“Any work of scholarship is a communal endeavor.” — Dr. Stephen Case, Department of Chemistry and Geosciences
Researching and sharing about the astronomy of Sir John Herschel (1792 – 1871) — one of the most important scientists of the Victorian era — was a career-defining experience for Dr. Stephen Case ’05.
Making Stars Physical: The Astronomy of Sir John Herschel, published by University of Pittsburgh Press in 2018, is the first ever book-length treatment about the historically significant contributions Herschel made to astronomy. Currently, there is no book-length biography about this scientist available.
“John Herschel was the pioneer of photography, among his numerous achievements,” Dr. Case says. “He coined the terms snapshot and negative. As a scientist, he was the big name between Charles Darwin and Isaac Newton. In fact, Herschel is buried next to Darwin in London’s Westminster Abbey.”
Working with an academic press to publish his book challenged and grew Dr. Case as a writer. This work is an expanded version of the dissertation he wrote for completing his Ph.D. from the University of Notre Dame in 2014. He successfully navigated the vetting, editing and publishing process. His first nonfiction book was published and released in spring 2018.
“Working with my editors and this publisher was a positive learning experience for me,” Dr. Case says. “I’m really happy and really impressed with the quality of this book.”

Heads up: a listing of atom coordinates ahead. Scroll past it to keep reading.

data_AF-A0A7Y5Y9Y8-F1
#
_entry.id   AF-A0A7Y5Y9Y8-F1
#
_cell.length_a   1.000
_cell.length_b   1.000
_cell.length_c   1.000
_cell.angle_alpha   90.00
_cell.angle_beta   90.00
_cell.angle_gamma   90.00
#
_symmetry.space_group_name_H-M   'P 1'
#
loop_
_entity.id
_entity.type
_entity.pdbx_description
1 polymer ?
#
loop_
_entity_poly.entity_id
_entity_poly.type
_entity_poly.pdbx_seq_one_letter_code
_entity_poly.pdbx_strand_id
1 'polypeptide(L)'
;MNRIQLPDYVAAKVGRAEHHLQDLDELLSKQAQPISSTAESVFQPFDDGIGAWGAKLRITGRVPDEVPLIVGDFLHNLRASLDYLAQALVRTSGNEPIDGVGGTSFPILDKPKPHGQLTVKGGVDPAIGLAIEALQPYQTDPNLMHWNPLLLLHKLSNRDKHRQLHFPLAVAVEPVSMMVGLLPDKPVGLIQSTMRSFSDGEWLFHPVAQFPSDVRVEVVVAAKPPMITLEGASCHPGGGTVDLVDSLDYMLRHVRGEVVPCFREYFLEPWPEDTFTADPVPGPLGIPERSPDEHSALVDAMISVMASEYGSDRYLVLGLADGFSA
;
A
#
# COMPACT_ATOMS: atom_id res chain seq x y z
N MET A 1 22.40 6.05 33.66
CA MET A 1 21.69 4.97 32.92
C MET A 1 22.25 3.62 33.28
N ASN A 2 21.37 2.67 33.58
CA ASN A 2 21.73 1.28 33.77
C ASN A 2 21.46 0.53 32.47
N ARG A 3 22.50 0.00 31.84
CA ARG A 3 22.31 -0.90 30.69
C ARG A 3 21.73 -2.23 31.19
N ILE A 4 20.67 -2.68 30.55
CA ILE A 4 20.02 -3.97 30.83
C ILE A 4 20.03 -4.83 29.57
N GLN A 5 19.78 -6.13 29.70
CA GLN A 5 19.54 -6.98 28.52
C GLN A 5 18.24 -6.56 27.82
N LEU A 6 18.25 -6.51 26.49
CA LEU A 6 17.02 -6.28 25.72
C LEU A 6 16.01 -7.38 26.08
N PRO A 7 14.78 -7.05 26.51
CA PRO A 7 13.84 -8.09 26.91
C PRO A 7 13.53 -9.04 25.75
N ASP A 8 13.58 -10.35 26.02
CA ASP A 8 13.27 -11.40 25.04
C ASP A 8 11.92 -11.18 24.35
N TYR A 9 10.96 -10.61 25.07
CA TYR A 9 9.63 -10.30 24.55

As Dr. Case moved through this process, he quickly realized that he was part of a communal endeavor. He expresses his thanks to the Olivet community for helping him research, write and publish this book. Pam Greenlee and Sandy Harris of Benner Library and Resource Center worked with interlibrary loan to obtain any research materials Dr. Case requested. Dr. Stephen Lowe, dean of the College of Arts and Sciences, and Dr. Carol Summers, vice president for academic affairs, provided encouragement and support in helping him carve out time and space for this work. A grant from the Craighton T. and Linda G. Hippenhammer Faculty Scholarship fund helped cover the professional indexing costs prior to publication.
As a scholarly work, Making Stars Physical is ideal for anyone who’s interested in astronomy and its history, libraries, upper level astronomy and history of science courses for students, and scholars. The book is currently available at Olivet’s Hammes Bookstore in the Ludwig Center on campus.
“The Stars flourish, and in spite of all my attempts to thin them and … stuff them in my pockets, continue to afford a rich harvest.”
John Herschel in a letter to James Calder Stewart
July 17, 1834
To learn more about Olivet’s areas of study in the physical sciences, contact the Office of Admissions at firstname.lastname@example.org or 800-648-1463.